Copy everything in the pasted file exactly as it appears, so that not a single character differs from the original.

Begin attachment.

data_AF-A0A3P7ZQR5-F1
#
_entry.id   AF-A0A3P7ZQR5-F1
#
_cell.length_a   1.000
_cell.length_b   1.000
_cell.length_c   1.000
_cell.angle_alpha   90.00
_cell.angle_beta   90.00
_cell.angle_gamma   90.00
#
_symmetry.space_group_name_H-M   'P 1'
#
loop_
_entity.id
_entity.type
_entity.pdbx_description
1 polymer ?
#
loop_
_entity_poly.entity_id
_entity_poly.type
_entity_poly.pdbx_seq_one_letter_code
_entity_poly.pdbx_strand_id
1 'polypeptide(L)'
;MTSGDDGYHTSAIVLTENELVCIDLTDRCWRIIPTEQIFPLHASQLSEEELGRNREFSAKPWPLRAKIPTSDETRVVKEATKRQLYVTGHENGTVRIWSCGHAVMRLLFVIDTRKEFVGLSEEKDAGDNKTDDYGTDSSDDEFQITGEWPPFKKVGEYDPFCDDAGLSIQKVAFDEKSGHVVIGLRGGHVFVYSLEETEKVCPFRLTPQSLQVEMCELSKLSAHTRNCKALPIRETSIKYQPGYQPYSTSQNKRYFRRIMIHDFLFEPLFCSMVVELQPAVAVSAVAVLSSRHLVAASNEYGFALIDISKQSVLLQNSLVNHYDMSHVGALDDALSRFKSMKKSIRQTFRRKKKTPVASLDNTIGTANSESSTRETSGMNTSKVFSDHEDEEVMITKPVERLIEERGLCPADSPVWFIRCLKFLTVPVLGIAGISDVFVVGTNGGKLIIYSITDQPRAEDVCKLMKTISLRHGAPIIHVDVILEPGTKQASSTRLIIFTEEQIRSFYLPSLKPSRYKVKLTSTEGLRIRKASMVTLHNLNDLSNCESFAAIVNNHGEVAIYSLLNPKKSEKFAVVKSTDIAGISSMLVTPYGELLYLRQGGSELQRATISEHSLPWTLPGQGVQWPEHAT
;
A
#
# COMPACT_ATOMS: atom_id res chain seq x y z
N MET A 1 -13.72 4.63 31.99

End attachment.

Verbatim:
data_AF-A0A3P7ZQR5-F1
#
_entry.id   AF-A0A3P7ZQR5-F1
#
_cell.length_a   1.000
_cell.length_b   1.000
_cell.length_c   1.000
_cell.angle_alpha   90.00
_cell.angle_beta   90.00
_cell.angle_gamma   90.00
#
_symmetry.space_group_name_H-M   'P 1'
#
loop_
_entity.id
_entity.type
_entity.pdbx_description
1 polymer ?
#
loop_
_entity_poly.entity_id
_entity_poly.type
_entity_poly.pdbx_seq_one_letter_code
_entity_poly.pdbx_strand_id
1 'polypeptide(L)'
;MTSGDDGYHTSAIVLTENELVCIDLTDRCWRIIPTEQIFPLHASQLSEEELGRNREFSAKPWPLRAKIPTSDETRVVKEATKRQLYVTGHENGTVRIWSCGHAVMRLLFVIDTRKEFVGLSEEKDAGDNKTDDYGTDSSDDEFQITGEWPPFKKVGEYDPFCDDAGLSIQKVAFDEKSGHVVIGLRGGHVFVYSLEETEKVCPFRLTPQSLQVEMCELSKLSAHTRNCKALPIRETSIKYQPGYQPYSTSQNKRYFRRIMIHDFLFEPLFCSMVVELQPAVAVSAVAVLSSRHLVAASNEYGFALIDISKQSVLLQNSLVNHYDMSHVGALDDALSRFKSMKKSIRQTFRRKKKTPVASLDNTIGTANSESSTRETSGMNTSKVFSDHEDEEVMITKPVERLIEERGLCPADSPVWFIRCLKFLTVPVLGIAGISDVFVVGTNGGKLIIYSITDQPRAEDVCKLMKTISLRHGAPIIHVDVILEPGTKQASSTRLIIFTEEQIRSFYLPSLKPSRYKVKLTSTEGLRIRKASMVTLHNLNDLSNCESFAAIVNNHGEVAIYSLLNPKKSEKFAVVKSTDIAGISSMLVTPYGELLYLRQGGSELQRATISEHSLPWTLPGQGVQWPEHAT
;
A
#
# COMPACT_ATOMS: atom_id res chain seq x y z
N MET A 1 -13.72 4.63 31.99